Poetry and freedom

Don’t go

Please don’t leave again

Every time if feels like my heart will bleed to death

Or I will cease to be

It’s not the same

It’s not the same without you here

Birds don’t sing

Music don’t play

And I can’t breathe

Until you come home.

As I sat on our bed watching my husband fold his clothes, laying them in his suitcase for his trip to Poland, I wrote this poem in about 30 seconds. Poetry professors probably detected that pretty quickly, as it’s a bit gushy.

But I said the heck with it, I’m going to express what I feel about this event. I’m not going to act as if sending the love of my life off in a jet across the ocean for 7 days doesn’t affect me emotionally. I’m going to miss him every single day.

And I know he misses me, too.  He doesn’t like being away from home, going on a 10+ hour flight with long layovers, sleeping in a lumpy hotel bed, and eating in restaurants every night.  So, I wrote an overly sentimental poem and he loved it.

A day or two after he left, I googled how to write good poetry and one of the rules is to not be overly sentimental and to use descriptive words. So, I rewrote the poem, not feeling as maudlin as before, but quite jocular in fact.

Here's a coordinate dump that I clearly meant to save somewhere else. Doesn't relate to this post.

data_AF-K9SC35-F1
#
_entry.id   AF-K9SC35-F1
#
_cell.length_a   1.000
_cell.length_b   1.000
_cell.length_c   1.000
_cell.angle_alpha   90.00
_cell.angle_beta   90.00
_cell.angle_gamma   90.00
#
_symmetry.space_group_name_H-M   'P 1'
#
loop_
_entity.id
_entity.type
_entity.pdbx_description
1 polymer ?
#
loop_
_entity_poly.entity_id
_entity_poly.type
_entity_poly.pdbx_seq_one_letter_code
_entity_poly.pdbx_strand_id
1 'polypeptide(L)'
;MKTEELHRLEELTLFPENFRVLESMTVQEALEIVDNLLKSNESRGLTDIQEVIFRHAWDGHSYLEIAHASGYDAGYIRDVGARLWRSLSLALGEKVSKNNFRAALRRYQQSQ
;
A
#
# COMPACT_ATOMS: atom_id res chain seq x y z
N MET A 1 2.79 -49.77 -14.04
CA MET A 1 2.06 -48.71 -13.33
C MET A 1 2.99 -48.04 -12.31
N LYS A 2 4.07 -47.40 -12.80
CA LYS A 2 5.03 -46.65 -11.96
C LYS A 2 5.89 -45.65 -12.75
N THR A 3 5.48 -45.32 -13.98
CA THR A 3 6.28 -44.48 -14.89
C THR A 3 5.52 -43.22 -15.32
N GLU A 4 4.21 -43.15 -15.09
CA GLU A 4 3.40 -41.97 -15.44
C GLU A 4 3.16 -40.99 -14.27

Don’t go…too far

The zipper on the suitcase closes

The wheels roll on the wood floor

Men hunt, but they also gather,

as you collect things before going out the door


The house is quiet

The kids flew like birds

It’s just me and an old dog

Sleepy and undisturbed


Without you, walks are quiet

Thoughts go unsaid

The fireplace is empty

And so is your side of the bed


The days precede your homecoming

I count them in my head

I want to share everything with you

But I can’t when you’re living in the shed.


I was just as surprised as you at how this poem ended. Is he so angry at me that he’s gone to live in our shed? We don’t actually have a shed because our HOA won’t allow it. I considered ending the poem with “Baghdad”  but I realized that I’m trying to rhyme with “head” and “dad” has the wrong sound and “shed” is a much better fit. It’s like resolving a chord; it’s so satisfying.

Part of living a life of freedom means being able to try new things and being true to yourself as you do it.  I’m putting my thoughts and feelings into poetry, just for myself, and I’m having so much fun with it. I’m able to showcase my personality which as you can see is just a little off sometimes.

Whether it’s poetry or painting, skydiving or sailing, cooking or calligraphy, try something new and fun, and just play!  It can bring us terrific joy and meaning.

To my sweet loved friends who are still living in the prison of abuse, I know how hard it is to feel free to do anything for yourself. My life wasn’t always like it is now. I used to be like you are, afraid to breathe without permission. But you are worthy of love, and you deserve this. Give yourself the room to be playful and try something new and fun.  I’m sending all my positive, loving, freedom vibes to you. You’ll get there.  Believe it; believe that you’ll get free.

Abuse is illegal and you are worthy of more than this. There is help for you.  Call the National Domestic Abuse hotline at 1-800-799-7233.

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